"Abysmal": $11.2 million for McCain in 2Q; amnesty had "significant effect"

I don’t want to break any hearts here but suddenly the chances that we might live to see Attorney General Lindsey Graham seem very bleak indeed.

I want an iPhone but I’ll take this.

Republican John McCain reorganized his campaign Monday, cutting staff in every department as he raised just $11.2 million in the last three months and reported an abysmal $2 million cash on hand for his presidential bid…

Some 50 staffers or more are being let go, and senior aides will be subject to pay cuts as the Arizona senator bows to six months of subpar fundraising, according to officials with knowledge of the details of the shake up.

They had hoped to raise $100 million for the year, says his campaign manager … who’ll now, according to Byron York, be working without pay. Your quote of the day comes from McCain advisor John Weaver commenting on the impact of the amnesty bill: “We do know that it had a significant effect in this last quarter. We’re very proud of John taking a leadership role in this … but we wouldn’t be straight with you if we told you that it didn’t have an impact. Having said that, that debate is now over … but it did have an impact.”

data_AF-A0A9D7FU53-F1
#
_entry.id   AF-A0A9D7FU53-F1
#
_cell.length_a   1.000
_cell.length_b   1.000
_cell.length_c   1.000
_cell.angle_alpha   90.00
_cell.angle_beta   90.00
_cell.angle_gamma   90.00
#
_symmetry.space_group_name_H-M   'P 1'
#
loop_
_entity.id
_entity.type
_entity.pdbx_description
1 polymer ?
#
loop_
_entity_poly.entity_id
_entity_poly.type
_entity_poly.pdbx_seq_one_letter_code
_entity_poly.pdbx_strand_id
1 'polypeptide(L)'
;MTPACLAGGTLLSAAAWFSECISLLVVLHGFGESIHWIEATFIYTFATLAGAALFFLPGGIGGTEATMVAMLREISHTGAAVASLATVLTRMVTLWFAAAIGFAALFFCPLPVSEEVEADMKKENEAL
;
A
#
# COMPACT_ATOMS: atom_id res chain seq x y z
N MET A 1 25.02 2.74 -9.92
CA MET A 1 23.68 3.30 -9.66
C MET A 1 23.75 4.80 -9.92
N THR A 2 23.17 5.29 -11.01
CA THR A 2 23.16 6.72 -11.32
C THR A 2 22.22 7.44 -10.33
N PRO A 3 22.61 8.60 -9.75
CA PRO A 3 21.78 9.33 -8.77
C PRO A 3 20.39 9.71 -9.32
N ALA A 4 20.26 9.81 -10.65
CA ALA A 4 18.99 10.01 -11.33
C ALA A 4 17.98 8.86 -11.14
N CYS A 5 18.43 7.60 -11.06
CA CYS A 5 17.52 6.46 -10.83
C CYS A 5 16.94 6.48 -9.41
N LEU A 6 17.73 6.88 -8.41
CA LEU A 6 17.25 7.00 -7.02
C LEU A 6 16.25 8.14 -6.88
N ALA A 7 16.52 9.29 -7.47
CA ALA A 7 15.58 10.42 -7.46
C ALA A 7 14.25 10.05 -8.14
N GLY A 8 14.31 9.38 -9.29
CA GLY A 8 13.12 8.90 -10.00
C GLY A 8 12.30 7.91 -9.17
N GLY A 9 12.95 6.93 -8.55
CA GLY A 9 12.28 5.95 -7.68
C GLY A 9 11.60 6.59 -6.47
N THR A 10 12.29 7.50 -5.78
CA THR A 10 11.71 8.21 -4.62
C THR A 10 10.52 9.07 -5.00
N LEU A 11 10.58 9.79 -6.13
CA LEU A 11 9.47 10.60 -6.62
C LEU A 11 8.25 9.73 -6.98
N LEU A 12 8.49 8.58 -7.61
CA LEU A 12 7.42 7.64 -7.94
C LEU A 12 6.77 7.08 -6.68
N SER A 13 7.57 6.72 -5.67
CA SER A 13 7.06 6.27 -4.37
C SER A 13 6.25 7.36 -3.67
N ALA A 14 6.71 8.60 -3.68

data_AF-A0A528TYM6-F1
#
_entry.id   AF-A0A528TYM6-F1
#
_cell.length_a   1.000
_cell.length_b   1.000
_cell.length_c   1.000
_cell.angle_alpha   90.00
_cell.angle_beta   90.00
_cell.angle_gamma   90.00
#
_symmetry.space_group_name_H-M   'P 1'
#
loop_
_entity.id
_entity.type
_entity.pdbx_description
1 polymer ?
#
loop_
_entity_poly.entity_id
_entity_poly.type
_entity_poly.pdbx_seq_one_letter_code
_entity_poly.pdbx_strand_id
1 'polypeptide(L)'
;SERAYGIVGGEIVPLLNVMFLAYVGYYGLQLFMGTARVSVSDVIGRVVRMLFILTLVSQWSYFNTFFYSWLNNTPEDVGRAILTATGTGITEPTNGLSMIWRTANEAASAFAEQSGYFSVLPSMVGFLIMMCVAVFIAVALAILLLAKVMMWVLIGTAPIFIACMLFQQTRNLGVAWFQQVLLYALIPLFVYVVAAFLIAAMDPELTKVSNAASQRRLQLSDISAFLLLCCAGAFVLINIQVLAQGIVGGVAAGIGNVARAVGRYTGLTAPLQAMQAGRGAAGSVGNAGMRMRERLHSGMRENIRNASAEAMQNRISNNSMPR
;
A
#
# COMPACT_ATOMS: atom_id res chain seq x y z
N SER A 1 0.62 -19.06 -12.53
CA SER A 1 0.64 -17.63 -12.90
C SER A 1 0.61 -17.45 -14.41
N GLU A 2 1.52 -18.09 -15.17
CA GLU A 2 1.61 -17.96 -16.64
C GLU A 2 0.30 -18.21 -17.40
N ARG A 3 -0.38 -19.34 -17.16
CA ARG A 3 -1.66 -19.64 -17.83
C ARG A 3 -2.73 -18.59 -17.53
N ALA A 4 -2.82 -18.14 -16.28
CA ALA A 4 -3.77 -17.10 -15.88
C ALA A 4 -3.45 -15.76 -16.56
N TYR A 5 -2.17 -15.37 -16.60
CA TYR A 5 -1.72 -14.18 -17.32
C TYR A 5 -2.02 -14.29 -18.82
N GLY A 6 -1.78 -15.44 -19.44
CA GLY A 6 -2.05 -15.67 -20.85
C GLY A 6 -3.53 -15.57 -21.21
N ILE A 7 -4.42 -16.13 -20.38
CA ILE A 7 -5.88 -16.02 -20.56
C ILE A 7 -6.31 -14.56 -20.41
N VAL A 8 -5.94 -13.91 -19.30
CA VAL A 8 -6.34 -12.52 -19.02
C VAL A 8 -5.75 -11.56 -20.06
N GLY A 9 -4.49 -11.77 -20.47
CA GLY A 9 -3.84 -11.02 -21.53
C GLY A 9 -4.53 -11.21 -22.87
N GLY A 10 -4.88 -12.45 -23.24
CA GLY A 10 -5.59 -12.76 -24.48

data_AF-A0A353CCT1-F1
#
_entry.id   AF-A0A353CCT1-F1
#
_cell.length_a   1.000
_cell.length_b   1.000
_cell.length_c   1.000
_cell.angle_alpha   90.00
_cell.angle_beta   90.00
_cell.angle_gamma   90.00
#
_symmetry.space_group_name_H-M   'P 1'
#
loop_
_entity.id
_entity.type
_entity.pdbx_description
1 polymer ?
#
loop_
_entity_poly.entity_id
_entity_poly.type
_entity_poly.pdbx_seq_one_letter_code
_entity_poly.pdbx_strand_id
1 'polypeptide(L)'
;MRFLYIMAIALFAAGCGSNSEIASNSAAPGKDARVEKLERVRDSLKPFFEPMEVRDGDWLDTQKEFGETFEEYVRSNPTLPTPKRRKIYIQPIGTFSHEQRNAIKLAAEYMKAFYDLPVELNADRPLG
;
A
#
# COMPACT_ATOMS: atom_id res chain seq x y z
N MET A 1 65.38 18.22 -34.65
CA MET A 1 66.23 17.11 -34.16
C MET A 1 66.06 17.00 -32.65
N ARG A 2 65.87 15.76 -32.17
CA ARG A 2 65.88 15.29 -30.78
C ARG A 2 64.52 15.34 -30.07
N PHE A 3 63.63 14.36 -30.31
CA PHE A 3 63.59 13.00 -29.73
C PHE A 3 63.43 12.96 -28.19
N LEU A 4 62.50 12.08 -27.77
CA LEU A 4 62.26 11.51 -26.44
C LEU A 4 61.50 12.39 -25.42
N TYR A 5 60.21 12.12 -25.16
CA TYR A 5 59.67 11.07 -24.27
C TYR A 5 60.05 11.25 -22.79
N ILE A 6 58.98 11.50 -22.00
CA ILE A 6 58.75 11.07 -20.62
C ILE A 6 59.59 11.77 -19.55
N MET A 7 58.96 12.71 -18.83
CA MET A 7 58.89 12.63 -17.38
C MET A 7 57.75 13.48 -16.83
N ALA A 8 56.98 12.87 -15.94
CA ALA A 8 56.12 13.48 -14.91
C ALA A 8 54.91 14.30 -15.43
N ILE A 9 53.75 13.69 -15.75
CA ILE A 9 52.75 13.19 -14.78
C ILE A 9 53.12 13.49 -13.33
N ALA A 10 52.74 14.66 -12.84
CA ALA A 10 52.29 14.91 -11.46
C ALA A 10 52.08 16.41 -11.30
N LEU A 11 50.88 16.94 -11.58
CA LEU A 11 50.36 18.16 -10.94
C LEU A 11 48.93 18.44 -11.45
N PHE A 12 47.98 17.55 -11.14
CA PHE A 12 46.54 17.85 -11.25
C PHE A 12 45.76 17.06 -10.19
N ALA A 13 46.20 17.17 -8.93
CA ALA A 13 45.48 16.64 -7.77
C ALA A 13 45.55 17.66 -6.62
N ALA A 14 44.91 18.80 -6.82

Steyn’s been hearing from “ostensibly well-informed” readers that McCain will drop out within the next few days. Obviously untrue or else he wouldn’t have bothered to reduce his staff, but it does give us our exit question: When? The McCain Campaign Death Poll is now open for business.

Update: Patrick Ruffini says it’s time for John boy to say good night: “Friends, this campaign is officially over. There is no way we are going to nominate someone who has to take public funding to take on Hillary Clinton or Barack Obama ($90M COH between them).” And David Freddoso adds the final delicious indignity:

McCain’s futures contract has plummeted in just one week from around $12 to below $6 at InTrade.com. The contract, which can be redeemed for $100 if McCain gets the nomination (and is worthless if he does not), once sold for nearly $60. By this measure, he trails Giuliani and Thompson, who trade above $33, and Romney at $20. Rep. Ron Paul of Texas is now close behind McCain at $3.